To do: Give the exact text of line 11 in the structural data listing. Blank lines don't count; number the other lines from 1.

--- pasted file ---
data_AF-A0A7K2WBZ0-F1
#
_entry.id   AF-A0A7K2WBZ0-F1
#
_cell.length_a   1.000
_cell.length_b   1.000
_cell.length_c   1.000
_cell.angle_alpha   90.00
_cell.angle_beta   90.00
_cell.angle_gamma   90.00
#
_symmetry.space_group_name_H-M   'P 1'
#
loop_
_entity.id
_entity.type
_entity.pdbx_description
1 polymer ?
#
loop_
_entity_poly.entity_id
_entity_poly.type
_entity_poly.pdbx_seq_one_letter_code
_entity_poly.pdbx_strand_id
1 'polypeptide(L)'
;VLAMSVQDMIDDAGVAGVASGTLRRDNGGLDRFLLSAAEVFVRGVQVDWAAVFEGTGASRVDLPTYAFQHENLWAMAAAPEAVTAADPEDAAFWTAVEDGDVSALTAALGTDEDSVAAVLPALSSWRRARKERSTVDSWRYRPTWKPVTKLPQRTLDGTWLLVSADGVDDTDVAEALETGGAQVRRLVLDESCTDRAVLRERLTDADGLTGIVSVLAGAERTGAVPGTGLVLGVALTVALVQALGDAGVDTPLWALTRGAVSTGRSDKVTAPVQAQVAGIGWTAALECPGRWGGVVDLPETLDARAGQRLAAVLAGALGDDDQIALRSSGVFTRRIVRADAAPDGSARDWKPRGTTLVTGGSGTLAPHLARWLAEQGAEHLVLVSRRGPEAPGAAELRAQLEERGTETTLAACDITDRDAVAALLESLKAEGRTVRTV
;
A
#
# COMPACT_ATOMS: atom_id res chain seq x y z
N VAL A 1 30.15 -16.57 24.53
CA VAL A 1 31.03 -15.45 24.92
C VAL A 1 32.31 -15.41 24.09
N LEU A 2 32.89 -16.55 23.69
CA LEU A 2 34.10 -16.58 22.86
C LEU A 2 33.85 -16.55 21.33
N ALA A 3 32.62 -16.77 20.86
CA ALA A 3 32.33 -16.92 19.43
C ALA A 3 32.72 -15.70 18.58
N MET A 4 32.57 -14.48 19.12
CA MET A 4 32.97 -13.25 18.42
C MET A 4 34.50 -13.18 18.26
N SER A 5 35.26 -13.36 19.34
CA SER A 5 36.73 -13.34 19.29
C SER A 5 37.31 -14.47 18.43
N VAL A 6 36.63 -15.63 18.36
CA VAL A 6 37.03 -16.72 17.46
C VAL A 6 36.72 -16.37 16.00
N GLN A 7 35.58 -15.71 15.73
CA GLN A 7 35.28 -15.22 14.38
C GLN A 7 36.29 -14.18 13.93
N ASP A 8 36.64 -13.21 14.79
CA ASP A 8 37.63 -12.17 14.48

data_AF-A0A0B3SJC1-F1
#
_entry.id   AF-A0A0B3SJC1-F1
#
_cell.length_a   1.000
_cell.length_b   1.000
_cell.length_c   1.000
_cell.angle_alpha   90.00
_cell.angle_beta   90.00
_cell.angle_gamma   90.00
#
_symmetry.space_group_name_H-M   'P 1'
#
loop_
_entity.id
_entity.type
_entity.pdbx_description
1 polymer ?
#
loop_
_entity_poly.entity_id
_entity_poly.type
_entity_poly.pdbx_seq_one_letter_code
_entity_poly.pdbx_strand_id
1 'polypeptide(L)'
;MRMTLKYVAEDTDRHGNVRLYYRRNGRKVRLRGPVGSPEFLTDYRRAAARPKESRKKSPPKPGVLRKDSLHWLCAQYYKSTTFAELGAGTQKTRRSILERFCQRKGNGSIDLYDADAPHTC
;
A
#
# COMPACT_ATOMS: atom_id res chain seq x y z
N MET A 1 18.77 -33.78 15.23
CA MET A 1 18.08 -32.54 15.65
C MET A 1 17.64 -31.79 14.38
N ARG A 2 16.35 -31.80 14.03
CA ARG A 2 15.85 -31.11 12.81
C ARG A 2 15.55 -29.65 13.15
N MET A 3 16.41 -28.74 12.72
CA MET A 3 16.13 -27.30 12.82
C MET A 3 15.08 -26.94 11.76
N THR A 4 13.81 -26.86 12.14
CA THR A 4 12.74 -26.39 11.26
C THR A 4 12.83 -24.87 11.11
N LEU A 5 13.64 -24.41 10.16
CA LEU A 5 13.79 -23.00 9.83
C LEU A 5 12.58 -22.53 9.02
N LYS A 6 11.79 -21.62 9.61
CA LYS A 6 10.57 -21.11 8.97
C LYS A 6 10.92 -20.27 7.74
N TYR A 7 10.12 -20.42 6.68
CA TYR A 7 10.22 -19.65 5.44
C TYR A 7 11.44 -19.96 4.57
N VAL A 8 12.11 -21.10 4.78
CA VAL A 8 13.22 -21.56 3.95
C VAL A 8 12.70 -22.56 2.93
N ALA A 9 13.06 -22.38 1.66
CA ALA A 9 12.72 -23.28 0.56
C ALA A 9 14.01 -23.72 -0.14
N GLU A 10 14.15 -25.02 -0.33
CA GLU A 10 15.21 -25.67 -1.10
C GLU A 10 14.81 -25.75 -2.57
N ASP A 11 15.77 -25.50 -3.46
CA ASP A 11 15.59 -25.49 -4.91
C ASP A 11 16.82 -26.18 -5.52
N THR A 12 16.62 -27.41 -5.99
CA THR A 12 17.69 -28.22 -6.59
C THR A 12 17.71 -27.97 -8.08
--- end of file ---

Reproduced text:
#